— Josh Jacquot, Senior Editor, Inside Line
Vehicle: 2008 Mitsubishi Lancer Evoltuion 8 by AMS
Driver: Josh Jacquot
Price: $41,000 parts, $10,000 labor $33,590 (base Evo X for 2010) = $84,590
Drive Type: All-wheel drive
Transmission Type: Five-speed manual
Engine Type: Inline-4
Displacement: 2.3 liters
Redline (rpm): 9,200
Horsepower (hp @ rpm): 530 at the wheels
Brake Type (front): 13.8-inch two-piece ventilated Giro Disc rotors with stock 4-piston Brembo calipers and Carbon Loraine RC6E pads
Brake Type (rear): 13-inch ventilated Giro Disc rotors with stock 2-piston Brembo calipers and Carbon Loraine RC6E pads
Steering System: Hydraulic-assist rack-and-pinion power steering
Suspension Type (front): JRZ RS1 single-adjustable coil-overs and Whiteline stabilizer bar and bushings
Suspension Type (rear): JRZ RS1 single-adjustable coil-overs and Whiteline stabilizer bar and bushings
Tire Size (front): 285/30ZR18 93Y
Tire Size (rear): 285/30ZR18 93Y
Tire Brand: Continental
Tire Model: Extreme Contact DW Tuned
Tire Type: Summer Performance
Wheel Size: 18-by-10.5 inches
Wheel Material (front/rear): Aluminum alloy
As Tested Curb Weight (lb): 3,360
0-30 (sec): 1.4
0-45 (sec): 2.7
0-60 (sec): 3.5
0-75 (sec): 4.9
1/4-Mile (sec @ mph): 11.1 @ 134.3
0-60 With 1-ft Rollout (sec): 3.3
30-0 (ft): 29
60-0 (ft): 116
Slalom (mph): 72.7
Skid Pad Lateral Acceleration (g): 1.02
Acceleration: Two-speed rev limiter makes launching the car a matter of procedure rather than trial and error — or at least it should. After dialing in the exact launch rpm (started at 6,300 then came down to 6,000), it was a matter of wooding the throttle, side-stepping the clutch and gritting my teeth. The result was dramatic wheelspin through 1st gear and then grabbing gears as quickly as possible. A 9,200-rpm rev limiter (raised to 9,500 on the quickest run) means that much of the power band is available above the launch rpm. A last-minute transmission change (which reinstalled the lower stock gearing) meant the car wouldn’t complete the quarter-mile in 4th gear as it would have with the taller aftermarket gearset. Insane power pushes the envelope of what a stock Evo powetrain can handle. One wrong move means broken parts.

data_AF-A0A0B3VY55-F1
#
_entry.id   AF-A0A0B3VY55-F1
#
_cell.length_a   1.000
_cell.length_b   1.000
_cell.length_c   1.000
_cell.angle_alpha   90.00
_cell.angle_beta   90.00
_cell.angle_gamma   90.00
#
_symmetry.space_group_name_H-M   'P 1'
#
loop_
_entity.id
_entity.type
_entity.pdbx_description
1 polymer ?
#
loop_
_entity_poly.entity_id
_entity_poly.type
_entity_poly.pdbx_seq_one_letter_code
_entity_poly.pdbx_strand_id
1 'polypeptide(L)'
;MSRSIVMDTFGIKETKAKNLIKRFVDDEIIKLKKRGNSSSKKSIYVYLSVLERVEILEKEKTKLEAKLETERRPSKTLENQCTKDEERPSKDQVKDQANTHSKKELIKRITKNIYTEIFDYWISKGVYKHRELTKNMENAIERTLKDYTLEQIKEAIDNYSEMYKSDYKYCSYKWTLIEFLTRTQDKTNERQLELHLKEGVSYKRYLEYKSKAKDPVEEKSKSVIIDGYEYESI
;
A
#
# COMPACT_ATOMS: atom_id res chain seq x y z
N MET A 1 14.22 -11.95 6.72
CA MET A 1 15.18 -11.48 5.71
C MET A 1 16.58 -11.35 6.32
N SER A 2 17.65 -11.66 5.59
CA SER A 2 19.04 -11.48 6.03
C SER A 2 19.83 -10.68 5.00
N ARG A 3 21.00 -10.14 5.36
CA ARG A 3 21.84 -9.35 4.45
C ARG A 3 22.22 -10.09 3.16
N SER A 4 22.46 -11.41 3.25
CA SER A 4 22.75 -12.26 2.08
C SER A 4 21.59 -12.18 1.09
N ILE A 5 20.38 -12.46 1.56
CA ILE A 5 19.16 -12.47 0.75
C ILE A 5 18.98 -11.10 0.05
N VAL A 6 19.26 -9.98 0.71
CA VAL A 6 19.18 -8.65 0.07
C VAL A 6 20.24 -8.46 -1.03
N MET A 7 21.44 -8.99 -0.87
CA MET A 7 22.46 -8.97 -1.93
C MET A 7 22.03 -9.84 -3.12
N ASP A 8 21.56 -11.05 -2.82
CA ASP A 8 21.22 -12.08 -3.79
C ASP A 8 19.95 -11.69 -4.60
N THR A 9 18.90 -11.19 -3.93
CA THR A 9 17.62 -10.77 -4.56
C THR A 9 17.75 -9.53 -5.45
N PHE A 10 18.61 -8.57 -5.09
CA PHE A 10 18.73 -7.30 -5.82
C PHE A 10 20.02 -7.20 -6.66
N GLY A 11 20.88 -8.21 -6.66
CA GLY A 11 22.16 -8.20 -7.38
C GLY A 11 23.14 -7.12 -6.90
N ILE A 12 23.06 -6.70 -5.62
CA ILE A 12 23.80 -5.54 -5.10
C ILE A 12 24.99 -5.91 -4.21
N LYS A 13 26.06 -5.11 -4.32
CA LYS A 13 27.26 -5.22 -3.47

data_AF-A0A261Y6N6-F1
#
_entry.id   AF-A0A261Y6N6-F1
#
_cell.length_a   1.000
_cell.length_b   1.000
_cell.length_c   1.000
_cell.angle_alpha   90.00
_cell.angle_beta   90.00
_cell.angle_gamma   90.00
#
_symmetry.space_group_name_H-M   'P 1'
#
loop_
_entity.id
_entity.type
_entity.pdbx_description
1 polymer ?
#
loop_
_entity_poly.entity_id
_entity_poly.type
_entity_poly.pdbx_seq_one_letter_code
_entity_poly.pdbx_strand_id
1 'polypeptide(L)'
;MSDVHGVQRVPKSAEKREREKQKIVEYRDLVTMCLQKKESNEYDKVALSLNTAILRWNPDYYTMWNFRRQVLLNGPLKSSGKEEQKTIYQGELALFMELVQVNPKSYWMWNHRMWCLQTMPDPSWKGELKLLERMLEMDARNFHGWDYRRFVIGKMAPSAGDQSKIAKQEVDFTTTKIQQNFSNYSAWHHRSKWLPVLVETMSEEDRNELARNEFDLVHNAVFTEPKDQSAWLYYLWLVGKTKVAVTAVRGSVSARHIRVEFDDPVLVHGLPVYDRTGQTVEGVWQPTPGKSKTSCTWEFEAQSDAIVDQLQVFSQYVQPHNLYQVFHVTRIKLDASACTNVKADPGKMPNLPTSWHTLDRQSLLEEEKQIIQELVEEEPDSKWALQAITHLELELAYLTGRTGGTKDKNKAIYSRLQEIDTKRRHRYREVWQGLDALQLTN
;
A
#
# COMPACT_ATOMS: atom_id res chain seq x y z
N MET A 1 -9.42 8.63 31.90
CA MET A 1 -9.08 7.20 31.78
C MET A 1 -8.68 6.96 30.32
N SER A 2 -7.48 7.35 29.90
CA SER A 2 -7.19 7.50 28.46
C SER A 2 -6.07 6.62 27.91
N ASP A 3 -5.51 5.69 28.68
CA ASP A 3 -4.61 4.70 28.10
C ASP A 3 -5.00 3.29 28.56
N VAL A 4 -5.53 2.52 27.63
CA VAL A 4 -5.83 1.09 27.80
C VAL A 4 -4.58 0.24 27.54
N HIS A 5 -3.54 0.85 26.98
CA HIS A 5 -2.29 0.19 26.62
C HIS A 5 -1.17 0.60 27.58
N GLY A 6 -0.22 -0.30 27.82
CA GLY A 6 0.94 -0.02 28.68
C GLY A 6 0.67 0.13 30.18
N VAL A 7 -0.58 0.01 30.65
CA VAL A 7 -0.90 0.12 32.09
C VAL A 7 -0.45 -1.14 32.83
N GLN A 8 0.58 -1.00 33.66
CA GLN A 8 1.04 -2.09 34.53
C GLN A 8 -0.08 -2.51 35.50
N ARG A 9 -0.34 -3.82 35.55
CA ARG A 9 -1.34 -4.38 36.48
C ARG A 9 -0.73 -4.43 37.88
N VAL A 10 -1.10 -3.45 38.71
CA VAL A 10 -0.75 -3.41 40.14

Braking: Nothing out of the ordinary here. Aggressive alignment settings means this car doesn’t put all that rubber (285mm) on the road when it’s going straight.
Handling: Skid pad: Superb handling balance — better, even, than a stock Evo. Responds to lift-throttle oversteer and will maintain a slight rear slip angle if driven aggressively. Slalom: Insanely quick reactions from every control (throttle and steering, namely) means this car — unlike most stock cars — can be adjusted many times through the last few cones. Getting it right isn’t easy and getting it wrong will have you backwards in the fence faster than you can say “gratuitous horsepower.” It’s crazy, it’s fast and it’s fun. And it all happened on tires with two time-attack races under their belts.